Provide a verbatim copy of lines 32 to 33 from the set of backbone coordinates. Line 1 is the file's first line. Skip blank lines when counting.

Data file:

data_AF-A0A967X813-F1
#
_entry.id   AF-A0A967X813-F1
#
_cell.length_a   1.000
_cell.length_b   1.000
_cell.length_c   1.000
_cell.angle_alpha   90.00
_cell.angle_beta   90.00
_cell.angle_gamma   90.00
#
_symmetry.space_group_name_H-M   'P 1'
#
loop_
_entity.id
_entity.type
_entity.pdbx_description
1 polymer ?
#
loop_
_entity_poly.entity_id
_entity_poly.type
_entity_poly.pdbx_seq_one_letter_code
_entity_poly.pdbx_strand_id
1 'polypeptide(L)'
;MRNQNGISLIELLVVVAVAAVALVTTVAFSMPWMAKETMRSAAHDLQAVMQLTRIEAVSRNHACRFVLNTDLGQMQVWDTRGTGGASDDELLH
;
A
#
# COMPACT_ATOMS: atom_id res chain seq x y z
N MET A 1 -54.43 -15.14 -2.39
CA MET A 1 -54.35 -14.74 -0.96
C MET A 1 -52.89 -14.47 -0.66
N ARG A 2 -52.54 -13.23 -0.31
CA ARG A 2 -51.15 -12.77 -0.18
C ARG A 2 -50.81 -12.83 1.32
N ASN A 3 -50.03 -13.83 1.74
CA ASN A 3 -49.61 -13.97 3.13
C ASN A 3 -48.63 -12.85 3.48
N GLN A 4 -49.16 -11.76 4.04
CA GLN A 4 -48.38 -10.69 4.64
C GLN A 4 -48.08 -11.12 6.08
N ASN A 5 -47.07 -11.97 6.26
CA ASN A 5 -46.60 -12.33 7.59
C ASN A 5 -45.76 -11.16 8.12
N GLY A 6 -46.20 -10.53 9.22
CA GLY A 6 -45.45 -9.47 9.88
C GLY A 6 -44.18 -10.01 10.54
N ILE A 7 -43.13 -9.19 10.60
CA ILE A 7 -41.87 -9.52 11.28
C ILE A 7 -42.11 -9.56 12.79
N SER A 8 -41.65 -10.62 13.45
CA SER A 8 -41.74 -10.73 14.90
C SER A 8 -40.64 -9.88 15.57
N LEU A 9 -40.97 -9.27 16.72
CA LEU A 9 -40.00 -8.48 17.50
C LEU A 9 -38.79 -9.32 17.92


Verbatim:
CA MET A 1 -54.35 -14.74 -0.96
C MET A 1 -52.89 -14.47 -0.66